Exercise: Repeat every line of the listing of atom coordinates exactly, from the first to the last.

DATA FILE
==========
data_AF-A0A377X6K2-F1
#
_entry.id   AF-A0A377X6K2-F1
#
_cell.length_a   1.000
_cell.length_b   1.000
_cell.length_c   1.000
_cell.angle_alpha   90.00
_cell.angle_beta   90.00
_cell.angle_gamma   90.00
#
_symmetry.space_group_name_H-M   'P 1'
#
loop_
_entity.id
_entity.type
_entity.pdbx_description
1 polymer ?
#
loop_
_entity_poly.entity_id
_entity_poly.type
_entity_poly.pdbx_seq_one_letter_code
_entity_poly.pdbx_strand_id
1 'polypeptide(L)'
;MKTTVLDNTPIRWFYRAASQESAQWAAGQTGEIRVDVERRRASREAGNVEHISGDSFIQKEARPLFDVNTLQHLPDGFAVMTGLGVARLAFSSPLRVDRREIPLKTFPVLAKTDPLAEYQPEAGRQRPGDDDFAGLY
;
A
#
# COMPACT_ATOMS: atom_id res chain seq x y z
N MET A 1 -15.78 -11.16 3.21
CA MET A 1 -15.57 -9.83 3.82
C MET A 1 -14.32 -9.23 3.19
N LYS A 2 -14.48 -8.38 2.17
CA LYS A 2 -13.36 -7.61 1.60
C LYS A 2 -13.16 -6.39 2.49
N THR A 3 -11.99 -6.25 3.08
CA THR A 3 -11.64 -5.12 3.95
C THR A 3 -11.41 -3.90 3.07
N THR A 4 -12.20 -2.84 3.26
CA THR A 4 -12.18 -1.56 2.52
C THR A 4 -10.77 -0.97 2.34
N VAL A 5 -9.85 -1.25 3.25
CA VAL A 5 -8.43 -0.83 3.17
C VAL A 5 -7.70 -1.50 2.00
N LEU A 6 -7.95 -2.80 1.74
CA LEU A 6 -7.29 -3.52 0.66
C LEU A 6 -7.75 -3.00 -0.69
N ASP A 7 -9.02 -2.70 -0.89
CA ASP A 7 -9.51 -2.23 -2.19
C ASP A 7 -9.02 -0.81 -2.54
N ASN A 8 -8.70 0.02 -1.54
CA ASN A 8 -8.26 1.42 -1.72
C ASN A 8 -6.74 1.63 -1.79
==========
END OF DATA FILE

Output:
data_AF-A0A377X6K2-F1
#
_entry.id   AF-A0A377X6K2-F1
#
_cell.length_a   1.000
_cell.length_b   1.000
_cell.length_c   1.000
_cell.angle_alpha   90.00
_cell.angle_beta   90.00
_cell.angle_gamma   90.00
#
_symmetry.space_group_name_H-M   'P 1'
#
loop_
_entity.id
_entity.type
_entity.pdbx_description
1 polymer ?
#
loop_
_entity_poly.entity_id
_entity_poly.type
_entity_poly.pdbx_seq_one_letter_code
_entity_poly.pdbx_strand_id
1 'polypeptide(L)'
;MKTTVLDNTPIRWFYRAASQESAQWAAGQTGEIRVDVERRRASREAGNVEHISGDSFIQKEARPLFDVNTLQHLPDGFAVMTGLGVARLAFSSPLRVDRREIPLKTFPVLAKTDPLAEYQPEAGRQRPGDDDFAGLY
;
A
#
# COMPACT_ATOMS: atom_id res chain seq x y z
N MET A 1 -15.78 -11.16 3.21
CA MET A 1 -15.57 -9.83 3.82
C MET A 1 -14.32 -9.23 3.19
N LYS A 2 -14.48 -8.38 2.17
CA LYS A 2 -13.36 -7.61 1.60
C LYS A 2 -13.16 -6.39 2.49
N THR A 3 -11.99 -6.25 3.08
CA THR A 3 -11.64 -5.12 3.95
C THR A 3 -11.41 -3.90 3.07
N THR A 4 -12.20 -2.84 3.26
CA THR A 4 -12.18 -1.56 2.52
C THR A 4 -10.77 -0.97 2.34
N VAL A 5 -9.85 -1.25 3.25
CA VAL A 5 -8.43 -0.83 3.17
C VAL A 5 -7.70 -1.50 2.00
N LEU A 6 -7.95 -2.80 1.74
CA LEU A 6 -7.29 -3.52 0.66
C LEU A 6 -7.75 -3.00 -0.69
N ASP A 7 -9.02 -2.70 -0.89
CA ASP A 7 -9.51 -2.23 -2.19
C ASP A 7 -9.02 -0.81 -2.54
N ASN A 8 -8.70 0.02 -1.54
CA ASN A 8 -8.26 1.42 -1.72
C ASN A 8 -6.74 1.63 -1.79